A Fresno man testified Wednesday that California Highway Patrol investigators threatened to arrest him and charge him with manslaughter if he changed his account of who was driving the night three young women died when their overturned SUV was rammed by a Greyhound bus on Highway 99 in July 2010.
Brandon McCullough, 26, told a Fresno County Superior Court jury that he saw Stephanie Cordoba behind the wheel of the SUV minutes before it took off from a Tower District neighborhood and headed toward the highway. He said Vanessa Gonzalez was in the front passenger seat and Sylvia Garay was lying in the back seat. The three had been to his home, where there had been drinking.
He said he gave a similar account in his deposition in March 2014.
But when it was pointed out that he had told CHP investigators that Garay was driving the Chevrolet TrailBlazer, he said the CHP got it all wrong.“When I challenged it, I was told it could not be retracted,” he explained to the jury. He said the CHP threatened two times to bring a manslaughter charge against him if he said someone other than Garay was driving.
The horrific, predawn crash on July 22, 2010, killed six people, including Garay, 18, Gonzalez, 19, and Cordoba, 20. Also killed were Greyhound driver James Jewett and two bus passengers.
In the wrongful death civil trial, the families of Garay, Gonzalez and Cordoba are suing Greyhound for negligence, claiming Jewett was speeding in the fast lane and wasn’t wearing his glasses when he plowed into the overturned SUV. They further contend the bus had bad brakes.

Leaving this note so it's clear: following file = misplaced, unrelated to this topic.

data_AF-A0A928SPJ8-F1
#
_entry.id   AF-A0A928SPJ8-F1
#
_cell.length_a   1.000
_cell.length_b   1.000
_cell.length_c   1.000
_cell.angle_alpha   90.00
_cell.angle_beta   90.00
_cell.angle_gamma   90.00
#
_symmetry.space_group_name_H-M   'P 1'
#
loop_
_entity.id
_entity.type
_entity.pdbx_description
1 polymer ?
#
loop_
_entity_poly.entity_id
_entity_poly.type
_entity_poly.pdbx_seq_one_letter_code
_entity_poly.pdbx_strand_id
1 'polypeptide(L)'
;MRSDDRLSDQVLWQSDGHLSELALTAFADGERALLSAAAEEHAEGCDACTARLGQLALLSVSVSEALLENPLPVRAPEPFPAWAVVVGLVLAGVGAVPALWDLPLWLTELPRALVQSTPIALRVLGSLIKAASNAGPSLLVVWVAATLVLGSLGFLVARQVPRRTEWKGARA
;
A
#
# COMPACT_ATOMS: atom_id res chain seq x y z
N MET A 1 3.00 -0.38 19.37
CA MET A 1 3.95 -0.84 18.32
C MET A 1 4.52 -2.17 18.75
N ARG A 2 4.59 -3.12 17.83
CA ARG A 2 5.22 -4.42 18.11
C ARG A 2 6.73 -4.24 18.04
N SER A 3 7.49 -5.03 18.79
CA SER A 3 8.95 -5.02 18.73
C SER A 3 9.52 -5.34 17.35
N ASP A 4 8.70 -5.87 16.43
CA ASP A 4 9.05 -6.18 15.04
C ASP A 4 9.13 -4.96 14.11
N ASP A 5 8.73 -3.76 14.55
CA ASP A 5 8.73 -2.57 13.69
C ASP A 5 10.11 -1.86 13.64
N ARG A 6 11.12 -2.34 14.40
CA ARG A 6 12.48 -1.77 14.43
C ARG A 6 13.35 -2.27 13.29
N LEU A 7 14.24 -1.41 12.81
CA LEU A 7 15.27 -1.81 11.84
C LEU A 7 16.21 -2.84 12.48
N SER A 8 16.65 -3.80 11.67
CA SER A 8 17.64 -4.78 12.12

In the second week of the trial, Fresno attorney Stuart Chandler and lawyers Jason Helsel, Mark Vogt and John Fowler, who represent the three families, are calling witnesses to refute a CHP report that blamed the crash on Garay. It said she was drunk when she lost control of her SUV and overturned it. (The legal limit is .08. Her blood-alcohol level was .11.)
CHP officials also contend the crash was unavoidable because the undercarriage of the dark blue SUV was facing oncoming traffic.
To advance their negligence claim, the families’ attorneys called to the witness stand a Fresno eye doctor who talked about Jewett’s poor vision and a deputy coroner who said Jewett wasn’t wearing glasses when he photographed the driver’s body at the crash scene.
McCullough is the third witness to say Garay wasn’t driving. Last week, two of the women’s friends — Daniela Flores and Elizabeth Christensen — testified that Gonzalez was driving. Court records say Gonzalez had no alcohol or drugs in her body; Cordoba had .05 blood-alcohol.
Jewett, a 32-year veteran of Greyhound, was making a run from Los Angeles to Sacramento when he arrived in Fresno at 1:45 a.m. About the same time, Garay, Cordoba and Gonzalez were celebrating a friend’s birthday.